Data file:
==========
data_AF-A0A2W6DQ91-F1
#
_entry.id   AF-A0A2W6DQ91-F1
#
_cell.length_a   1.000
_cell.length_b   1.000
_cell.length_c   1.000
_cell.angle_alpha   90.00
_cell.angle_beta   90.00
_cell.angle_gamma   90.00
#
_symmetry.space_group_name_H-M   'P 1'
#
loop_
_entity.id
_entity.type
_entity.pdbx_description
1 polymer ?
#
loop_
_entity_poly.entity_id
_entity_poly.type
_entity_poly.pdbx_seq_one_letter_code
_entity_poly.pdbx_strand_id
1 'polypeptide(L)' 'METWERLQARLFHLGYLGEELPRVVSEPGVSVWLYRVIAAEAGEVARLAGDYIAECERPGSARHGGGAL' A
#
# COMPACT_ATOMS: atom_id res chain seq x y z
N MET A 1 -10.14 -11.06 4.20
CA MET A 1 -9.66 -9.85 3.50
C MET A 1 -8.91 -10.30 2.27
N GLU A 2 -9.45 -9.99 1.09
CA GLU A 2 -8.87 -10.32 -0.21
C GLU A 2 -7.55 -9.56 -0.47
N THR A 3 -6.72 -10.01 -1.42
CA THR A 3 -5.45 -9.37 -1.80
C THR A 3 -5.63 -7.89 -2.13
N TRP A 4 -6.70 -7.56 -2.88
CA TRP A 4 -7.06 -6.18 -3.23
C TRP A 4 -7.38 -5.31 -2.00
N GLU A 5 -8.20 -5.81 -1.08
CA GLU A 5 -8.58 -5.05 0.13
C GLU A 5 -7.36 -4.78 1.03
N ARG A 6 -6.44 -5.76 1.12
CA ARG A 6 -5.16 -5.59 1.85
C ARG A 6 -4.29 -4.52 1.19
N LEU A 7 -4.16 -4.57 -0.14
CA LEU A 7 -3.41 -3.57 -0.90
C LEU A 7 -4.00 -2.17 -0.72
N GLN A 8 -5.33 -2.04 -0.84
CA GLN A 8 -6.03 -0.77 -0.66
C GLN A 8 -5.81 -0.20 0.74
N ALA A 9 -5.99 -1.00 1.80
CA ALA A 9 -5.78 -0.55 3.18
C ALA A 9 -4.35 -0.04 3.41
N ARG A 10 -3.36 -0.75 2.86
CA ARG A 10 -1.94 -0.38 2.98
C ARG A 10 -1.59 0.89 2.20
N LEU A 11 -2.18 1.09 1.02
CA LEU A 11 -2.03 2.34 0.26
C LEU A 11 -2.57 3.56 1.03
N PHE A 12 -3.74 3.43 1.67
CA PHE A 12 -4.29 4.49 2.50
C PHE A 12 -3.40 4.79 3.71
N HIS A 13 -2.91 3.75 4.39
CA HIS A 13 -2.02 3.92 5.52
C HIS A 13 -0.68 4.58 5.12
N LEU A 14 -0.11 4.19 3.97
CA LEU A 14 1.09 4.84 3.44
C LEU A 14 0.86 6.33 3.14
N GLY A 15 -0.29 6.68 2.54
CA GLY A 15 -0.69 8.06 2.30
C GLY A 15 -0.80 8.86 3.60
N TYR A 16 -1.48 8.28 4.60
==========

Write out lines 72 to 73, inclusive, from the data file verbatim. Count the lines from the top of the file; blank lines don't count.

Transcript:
C GLY A 15 -0.80 8.86 3.60
N TYR A 16 -1.48 8.28 4.60